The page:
Hafiz Saeed arrested by Punjab CTD, sent on judicial remand in terrorism financing case

Published July 17, 2019
On July 3, top 13 leaders of the banned JuD, including Saeed, were booked in nearly two dozen cases for terror financing and money laundering under the Anti-Terrorism Act, 1997. — AP/File
On July 3, top 13 leaders of the banned JuD, including Saeed, were booked in nearly two dozen cases for terror financing and money laundering under the Anti-Terrorism Act, 1997. — AP/File

Jamaatud Dawa (JuD) chief Hafiz Muhammad Saeed was on Wednesday arrested in connection with a terrorism financing case while on his way from Lahore to Gujranwala, officials of the Punjab Counter-Terrorism Department confirmed.

According to a spokesperson for CTD Punjab, Saeed was sent to prison on judicial remand after the counter-terrorism department presented him before a Gujranwala anti-terrorism court (ATC).

The CTD has been directed to complete its investigation and submit a charge sheet to the court in the stipulated time.

Earlier, according to CTD sources, Saeed was arrested by CTD Punjab in the Gujranwala jurisdiction while he was on his way to an ATC in Gujranwala to seek bail.

A JuD spokesperson also confirmed the arrest to Reuters.

On July 3, the top 13 leaders of the banned JuD, including Saeed and Naib Emir Abdul Rehman Makki, were booked in nearly two dozen cases for terror financing and money laundering under the Anti-Terrorism Act, 1997.

The CTD, which registered the cases in five cities of Punjab, declared that the JuD was financing terrorism from the massive funds collected through non-profit organisations and trusts, including Al-Anfaal Trust, Dawatul Irshad Trust, Muaz Bin Jabal Trust, etc.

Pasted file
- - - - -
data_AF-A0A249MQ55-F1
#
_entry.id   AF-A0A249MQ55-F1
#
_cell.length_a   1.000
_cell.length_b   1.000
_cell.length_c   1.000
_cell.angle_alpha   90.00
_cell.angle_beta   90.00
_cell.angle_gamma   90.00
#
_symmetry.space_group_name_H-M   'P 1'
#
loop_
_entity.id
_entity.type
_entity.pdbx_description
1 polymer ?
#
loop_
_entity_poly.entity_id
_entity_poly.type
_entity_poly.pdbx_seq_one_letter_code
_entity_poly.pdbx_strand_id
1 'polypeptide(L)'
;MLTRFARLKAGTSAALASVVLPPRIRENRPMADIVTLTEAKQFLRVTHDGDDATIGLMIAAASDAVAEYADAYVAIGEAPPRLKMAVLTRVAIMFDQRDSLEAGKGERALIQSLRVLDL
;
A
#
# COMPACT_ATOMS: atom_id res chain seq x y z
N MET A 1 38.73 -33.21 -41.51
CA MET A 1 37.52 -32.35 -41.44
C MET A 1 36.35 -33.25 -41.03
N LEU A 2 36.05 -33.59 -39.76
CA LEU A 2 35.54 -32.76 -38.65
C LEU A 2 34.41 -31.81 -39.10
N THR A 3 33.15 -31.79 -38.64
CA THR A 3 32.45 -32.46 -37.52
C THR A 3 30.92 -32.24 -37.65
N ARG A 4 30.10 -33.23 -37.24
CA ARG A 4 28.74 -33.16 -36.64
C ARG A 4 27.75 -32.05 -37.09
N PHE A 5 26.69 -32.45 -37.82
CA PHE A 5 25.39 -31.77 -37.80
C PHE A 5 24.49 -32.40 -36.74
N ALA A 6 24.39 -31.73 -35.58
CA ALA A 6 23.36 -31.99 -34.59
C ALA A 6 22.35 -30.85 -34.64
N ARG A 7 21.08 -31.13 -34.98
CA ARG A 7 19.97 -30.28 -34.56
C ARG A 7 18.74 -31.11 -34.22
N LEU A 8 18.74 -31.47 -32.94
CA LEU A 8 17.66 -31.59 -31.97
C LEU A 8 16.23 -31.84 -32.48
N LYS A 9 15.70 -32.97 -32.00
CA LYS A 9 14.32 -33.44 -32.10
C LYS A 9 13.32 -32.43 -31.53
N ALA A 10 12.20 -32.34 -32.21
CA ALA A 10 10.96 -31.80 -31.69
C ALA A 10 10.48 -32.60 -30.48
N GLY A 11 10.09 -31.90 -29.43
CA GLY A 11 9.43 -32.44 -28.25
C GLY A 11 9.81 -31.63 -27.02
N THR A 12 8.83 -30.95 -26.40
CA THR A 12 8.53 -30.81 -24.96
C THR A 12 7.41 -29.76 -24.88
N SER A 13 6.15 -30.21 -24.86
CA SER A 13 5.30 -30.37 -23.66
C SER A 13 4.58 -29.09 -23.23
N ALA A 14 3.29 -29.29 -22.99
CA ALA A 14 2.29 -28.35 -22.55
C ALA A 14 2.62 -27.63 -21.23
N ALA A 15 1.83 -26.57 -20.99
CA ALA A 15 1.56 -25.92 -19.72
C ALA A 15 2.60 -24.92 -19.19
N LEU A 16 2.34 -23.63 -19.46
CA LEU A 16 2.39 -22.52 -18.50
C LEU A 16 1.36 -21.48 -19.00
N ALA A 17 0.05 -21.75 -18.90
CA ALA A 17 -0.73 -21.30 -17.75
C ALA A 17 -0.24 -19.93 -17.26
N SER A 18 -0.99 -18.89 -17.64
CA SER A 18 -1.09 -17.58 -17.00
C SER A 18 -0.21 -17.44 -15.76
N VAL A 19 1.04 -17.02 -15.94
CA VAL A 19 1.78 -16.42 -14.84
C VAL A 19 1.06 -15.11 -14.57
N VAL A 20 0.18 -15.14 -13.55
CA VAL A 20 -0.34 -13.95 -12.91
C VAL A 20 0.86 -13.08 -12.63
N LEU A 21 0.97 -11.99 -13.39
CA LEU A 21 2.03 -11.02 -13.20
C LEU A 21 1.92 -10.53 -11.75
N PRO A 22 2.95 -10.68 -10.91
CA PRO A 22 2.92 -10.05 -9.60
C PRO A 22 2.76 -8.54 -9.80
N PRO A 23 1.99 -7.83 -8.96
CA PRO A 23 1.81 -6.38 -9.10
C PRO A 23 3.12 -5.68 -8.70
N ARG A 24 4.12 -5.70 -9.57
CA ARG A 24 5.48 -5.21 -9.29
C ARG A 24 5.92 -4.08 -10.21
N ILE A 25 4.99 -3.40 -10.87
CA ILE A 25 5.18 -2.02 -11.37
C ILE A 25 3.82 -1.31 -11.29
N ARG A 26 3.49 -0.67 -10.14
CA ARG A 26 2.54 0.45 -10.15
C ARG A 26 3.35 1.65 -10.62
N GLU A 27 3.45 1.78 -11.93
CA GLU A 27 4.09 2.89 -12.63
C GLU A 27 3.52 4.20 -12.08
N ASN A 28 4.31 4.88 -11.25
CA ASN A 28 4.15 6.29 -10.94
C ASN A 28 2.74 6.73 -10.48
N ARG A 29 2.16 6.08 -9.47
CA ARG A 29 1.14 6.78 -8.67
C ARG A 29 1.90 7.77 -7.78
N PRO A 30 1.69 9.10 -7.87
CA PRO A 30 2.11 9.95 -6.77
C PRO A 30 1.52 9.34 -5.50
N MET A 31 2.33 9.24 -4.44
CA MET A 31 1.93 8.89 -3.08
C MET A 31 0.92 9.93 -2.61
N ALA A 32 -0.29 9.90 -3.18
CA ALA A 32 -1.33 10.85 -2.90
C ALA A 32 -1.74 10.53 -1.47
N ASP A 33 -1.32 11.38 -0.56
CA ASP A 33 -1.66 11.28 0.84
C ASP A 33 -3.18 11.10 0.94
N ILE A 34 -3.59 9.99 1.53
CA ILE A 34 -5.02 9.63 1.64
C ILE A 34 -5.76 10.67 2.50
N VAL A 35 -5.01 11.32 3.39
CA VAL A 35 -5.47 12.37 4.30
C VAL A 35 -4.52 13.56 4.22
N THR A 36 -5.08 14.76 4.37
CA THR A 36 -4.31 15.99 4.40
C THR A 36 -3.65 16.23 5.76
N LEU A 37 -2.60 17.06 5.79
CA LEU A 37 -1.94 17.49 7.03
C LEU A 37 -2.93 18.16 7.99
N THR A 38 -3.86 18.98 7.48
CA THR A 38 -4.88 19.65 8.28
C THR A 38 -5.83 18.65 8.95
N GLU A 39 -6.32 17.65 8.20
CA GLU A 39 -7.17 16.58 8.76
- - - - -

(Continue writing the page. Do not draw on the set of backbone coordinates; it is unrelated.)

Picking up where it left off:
These non-profit organisations were banned in April as the CTD during detailed investigations found that they had links with the JuD and its top leadership, accused of financing terrorism by building huge assets/properties from the collected funds in Pakistan.

On Monday, a Lahore High Court division bench sought replies from the Ministry of Interior, Punjab home department and CTD on a petition filed by JuD chief Saeed and his seven aides challenging an FIR carrying a charge of terror financing.

Advocate A.K. Dogar represented the petitioners and contended that the facts narrated in the impugned FIR registered on July 1, 2019 illegally described them as members of LeT and levelled unlawful allegations of terror financing.

The counsel referred to a 2009 judgement by an LHC full bench against the then detention of Hafiz Saeed and stated that the petitioners were not members of LeT.

He said the LHC through another judgement issued in 2003 had also held that Hafiz Saeed left the leadership of LeT on Dec 24, 2001 while the organisation was banned on Jan 14, 2002.

The lawyer pleaded that the claim of the government that the petitioners were members of LeT stood disapproved in light of the two judgements.

Therefore, he asked the court to quash the impugned FIR lodged by the CTD for being unlawful and of no legal effect.

A government law officer opposed the petition and stated that it was not maintainable at this stage of the case.

However, the bench comprising Justice Shehram Sarwar Chaudhry and Justice Waheed Khan directed the law officer to furnish written replies on behalf of the respondents by July 30.

The other petitioners are Mohammad Ayub Sheikh, Zafar Iqbal, Syed Luqman Ali Shah, Hafiz Abdul Rehman Makki, Abdul Salam, Abdul Ghaffar and Abdul Qudoos Shahid.

Also on Monday, an ATC in Lahore had granted pre-arrest bail to the JuD chief and three others in a case pertaining to the outfit's alleged illegal use of land for its seminary, against surety bonds of Rs50,000 each.

In February, Paris-based Financial Action Task Force (FATF) had warned Pakistan to deliver on its commitments to curb terror financing and money laundering.

Risks to the global financial system have virtually put the country’s entire machinery into an aggressive mode to show tangible progress within two months of the warning.

While the meetings were taking place, the government had announced a ban on JuD and Falah-e-Insanyat Foundation to partially address the concerns raised by India that Pakistan supported these and six similar organisations, including Jaish-e-Mohammad (JeM) or at least considered them low-risk entities.

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